Pre-Romanesque (6th century)

Different Germanic tribes settled in Europe, combining Roman, Early Christian and Barbarian traditions to create the style known as a first step out of the “Dark Ages”.

Palatine Chapel in Aachen, Germany
Palatine Chapel in Aachen, Germany

Image source: https://www.khanacademy.org/humanities/medieval-world/carolingian-ottonian/carolingian1/a/palatine-chapel-aachen

West Europe

The Merovingians, the Carolingians and the Ottonians

These Frank dynasties wanted large buildings with stones cut precisely and plans resembling the ones of Roman basilicas. The structure was based on a combination of block-units used tp form a complex internal space and a rich external silhouette, this can be considered an anticipation of the vertical emphasis and other hallmarks of the Romanesque style.

These architectural elements were common to this style:

  • round arches;
  • barrel vaults;
  • piers and aisles with galleries above them;
  • semi-circular arches as windows, doors and arcades;
  • ornamented portals around the main door named tympanum.
St. Michael's Church, Hildesheim (Germany)
St. Michael’s Church, Hildesheim (Germany)

Image source: https://vialucispress.wordpress.com/2012/04/08/saint-michaels-church-hildesheim-jong-soung-kimm/

In Europe, Roman architectural tradition survived and the Franks went on  building large stones buildings like monastery churches and palaces.
The unification of the Frankish kingdom under Clovis I,  brought to light the need of churches, the former ones were now the power-houses of the Merovingian which wanted to go on with the Roman basilica tradition.

The Merovingian dynasty was replaced by the Carolingian dynasty, which led to Carolingian architecture in the Holy Roman Empire, these successive Frankish dynasties contributed to Romanesque architecture.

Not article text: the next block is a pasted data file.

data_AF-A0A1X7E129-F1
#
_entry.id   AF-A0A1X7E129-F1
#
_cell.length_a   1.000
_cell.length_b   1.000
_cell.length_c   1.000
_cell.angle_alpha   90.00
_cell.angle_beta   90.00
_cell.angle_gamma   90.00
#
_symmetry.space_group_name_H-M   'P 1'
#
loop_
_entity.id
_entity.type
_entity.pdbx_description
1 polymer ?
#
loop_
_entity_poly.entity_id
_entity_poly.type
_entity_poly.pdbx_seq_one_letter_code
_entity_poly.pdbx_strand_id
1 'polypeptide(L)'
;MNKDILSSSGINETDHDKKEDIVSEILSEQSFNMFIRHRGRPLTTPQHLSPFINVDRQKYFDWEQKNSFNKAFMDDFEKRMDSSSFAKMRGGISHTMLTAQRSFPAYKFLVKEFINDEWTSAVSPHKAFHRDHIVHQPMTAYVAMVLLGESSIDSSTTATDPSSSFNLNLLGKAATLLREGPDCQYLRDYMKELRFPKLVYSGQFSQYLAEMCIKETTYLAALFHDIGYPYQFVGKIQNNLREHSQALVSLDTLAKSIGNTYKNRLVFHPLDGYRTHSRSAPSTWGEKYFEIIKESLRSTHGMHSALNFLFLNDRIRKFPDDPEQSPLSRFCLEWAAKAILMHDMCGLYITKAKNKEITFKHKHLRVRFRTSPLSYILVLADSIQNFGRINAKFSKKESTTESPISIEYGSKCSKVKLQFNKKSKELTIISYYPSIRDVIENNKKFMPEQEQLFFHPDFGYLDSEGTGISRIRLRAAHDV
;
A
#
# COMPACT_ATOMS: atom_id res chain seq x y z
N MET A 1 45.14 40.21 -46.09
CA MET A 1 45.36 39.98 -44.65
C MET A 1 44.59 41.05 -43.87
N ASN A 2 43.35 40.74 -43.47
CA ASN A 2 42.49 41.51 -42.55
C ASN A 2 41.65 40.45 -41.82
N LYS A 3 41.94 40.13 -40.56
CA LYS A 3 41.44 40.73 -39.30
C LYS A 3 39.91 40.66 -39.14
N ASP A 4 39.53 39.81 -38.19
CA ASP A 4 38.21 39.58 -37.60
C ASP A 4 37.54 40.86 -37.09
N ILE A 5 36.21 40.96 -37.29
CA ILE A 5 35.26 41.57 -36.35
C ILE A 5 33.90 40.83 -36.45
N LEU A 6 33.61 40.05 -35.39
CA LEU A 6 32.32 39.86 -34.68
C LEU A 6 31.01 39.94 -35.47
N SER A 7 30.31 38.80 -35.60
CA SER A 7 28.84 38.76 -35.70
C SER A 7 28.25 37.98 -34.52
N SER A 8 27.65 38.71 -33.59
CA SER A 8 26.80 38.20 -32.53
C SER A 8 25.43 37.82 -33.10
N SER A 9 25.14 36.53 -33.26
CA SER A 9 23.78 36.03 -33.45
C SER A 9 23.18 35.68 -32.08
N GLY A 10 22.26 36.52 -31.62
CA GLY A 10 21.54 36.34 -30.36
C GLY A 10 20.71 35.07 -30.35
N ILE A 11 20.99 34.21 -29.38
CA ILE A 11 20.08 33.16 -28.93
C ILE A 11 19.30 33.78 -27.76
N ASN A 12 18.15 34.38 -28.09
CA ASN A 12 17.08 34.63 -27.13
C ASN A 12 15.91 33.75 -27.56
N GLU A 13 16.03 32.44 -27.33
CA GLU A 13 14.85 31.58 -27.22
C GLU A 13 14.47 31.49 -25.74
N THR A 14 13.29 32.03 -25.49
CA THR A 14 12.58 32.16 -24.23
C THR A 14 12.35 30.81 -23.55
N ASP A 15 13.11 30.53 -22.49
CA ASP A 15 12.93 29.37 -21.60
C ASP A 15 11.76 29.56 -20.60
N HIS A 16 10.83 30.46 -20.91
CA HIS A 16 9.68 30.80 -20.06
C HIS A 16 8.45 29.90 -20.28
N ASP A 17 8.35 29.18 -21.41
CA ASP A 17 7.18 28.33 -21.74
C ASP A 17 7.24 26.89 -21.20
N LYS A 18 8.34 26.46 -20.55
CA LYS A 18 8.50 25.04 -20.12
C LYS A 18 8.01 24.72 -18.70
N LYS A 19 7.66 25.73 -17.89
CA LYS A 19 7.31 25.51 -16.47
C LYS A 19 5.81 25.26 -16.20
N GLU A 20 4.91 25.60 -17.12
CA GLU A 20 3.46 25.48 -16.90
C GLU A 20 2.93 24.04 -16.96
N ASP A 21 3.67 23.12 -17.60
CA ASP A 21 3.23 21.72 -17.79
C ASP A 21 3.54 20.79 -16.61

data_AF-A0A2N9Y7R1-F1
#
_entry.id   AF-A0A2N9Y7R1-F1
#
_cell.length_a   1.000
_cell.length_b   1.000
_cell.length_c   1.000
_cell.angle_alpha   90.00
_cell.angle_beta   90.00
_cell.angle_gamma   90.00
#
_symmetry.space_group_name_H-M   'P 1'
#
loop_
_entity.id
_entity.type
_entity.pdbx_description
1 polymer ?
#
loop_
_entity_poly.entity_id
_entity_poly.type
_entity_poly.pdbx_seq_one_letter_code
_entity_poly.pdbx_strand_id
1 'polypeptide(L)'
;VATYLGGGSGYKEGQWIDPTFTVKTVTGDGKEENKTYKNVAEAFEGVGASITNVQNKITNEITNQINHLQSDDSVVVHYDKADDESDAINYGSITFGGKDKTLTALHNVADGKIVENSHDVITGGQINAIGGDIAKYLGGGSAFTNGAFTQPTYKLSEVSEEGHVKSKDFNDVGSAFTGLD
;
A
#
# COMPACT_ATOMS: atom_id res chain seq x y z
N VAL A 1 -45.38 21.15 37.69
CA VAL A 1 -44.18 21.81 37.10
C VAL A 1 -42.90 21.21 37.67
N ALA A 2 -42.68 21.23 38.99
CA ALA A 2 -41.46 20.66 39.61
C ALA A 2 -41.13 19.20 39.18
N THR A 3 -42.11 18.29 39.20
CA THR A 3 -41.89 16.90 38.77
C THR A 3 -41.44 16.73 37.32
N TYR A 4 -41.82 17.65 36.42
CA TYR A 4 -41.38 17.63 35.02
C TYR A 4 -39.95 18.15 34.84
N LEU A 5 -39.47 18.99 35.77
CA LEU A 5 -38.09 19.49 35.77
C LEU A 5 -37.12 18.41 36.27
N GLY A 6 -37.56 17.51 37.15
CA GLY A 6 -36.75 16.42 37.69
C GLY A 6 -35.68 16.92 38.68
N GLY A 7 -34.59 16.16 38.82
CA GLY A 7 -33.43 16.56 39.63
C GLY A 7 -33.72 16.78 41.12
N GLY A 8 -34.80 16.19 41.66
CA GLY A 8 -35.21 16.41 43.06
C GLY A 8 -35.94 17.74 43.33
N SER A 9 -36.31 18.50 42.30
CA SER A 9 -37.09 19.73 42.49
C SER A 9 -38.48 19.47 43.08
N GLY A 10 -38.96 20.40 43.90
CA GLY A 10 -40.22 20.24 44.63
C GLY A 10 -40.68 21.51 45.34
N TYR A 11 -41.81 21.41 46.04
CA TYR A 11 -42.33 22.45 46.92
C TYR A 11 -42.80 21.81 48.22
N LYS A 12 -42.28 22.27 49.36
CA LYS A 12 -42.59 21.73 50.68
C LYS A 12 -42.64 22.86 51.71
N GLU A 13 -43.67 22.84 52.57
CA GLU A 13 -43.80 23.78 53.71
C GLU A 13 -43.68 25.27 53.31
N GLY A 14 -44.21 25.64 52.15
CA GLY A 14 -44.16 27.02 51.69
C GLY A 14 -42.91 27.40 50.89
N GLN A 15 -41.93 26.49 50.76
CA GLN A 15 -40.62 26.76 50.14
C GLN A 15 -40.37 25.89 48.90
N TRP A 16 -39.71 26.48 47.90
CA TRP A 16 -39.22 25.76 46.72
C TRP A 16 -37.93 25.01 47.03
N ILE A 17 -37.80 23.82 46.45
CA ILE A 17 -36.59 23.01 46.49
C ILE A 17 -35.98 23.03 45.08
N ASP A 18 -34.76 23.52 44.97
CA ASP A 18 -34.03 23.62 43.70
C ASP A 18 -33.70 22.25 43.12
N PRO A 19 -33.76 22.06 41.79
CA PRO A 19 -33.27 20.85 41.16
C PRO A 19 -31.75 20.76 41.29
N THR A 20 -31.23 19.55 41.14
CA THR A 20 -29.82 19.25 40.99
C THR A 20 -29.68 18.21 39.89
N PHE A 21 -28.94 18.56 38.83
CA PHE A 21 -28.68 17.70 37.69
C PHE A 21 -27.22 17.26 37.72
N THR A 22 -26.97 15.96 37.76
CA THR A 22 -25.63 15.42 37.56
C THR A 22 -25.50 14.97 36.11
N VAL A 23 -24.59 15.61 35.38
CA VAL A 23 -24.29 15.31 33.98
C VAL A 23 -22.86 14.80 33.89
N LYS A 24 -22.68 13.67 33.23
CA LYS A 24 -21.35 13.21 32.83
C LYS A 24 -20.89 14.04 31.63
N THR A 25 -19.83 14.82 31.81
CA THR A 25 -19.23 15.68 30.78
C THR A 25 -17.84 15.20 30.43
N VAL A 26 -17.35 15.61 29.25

Codex Aureus at the abbey of Echternach
Codex Aureus at the abbey of Echternach (Luxembourg)

Image source: https://www.froelichundkaufmann.de/faksimile/das-goldene-evangelienbuch-von-echternach-codex-aureus-epternacensis-faksimile.html#

In the North of Europe

The Anglo-Saxons

The Anglo-Saxon identity was shaped in Northern Europe giving importance to intricate metalwork, ivory carving, sculpting and illuminated manuscripts with plant scrolls combining Celtic and Viking traditions. The Religious architecture was usually simple and modest, without any decorations.

Anglo-saxon reliquary cross
Anglo-saxon reliquary cross

Image source: https://en.wikipedia.org/wiki/Anglo-Saxon_reliquary_cross

Meanwhile in the South of Europe

The Visigoths, The Normans and The Longobards

Signs of Pre-Romanesque style in Spain and Portugal came from the Visigothic art, introducing the horse-shoe arches to the Moorish style and improved jewellery.

Saint Fructuoso Chapel, Braga, Portugal
Saint Fructuoso Chapel, Braga, Portugal

Image source: https://it.wikipedia.org/wiki/Cappella_di_S%C3%A3o_Frutuoso_de_Mont%C3%A9lios

Italy also benefited of the Arabs of the Normans also, which gave an important contribution to the First Romanesque. The exterenal part of their buildings was adorned with several blind arches named Lombard bands, accompanied by thick walls and no sculptures. The interior usually featured iconographic mosaics and frescos instead.

San Vitale in Ravenna
San Vitale in Ravenna

Image source: https://wsimag.com/it/cultura/13415-ravenna-una-cultura-per-la-pace

Info suorce: https://courses.lumenlearning.com/boundless-arthistory/chapter/romanesque-architecture/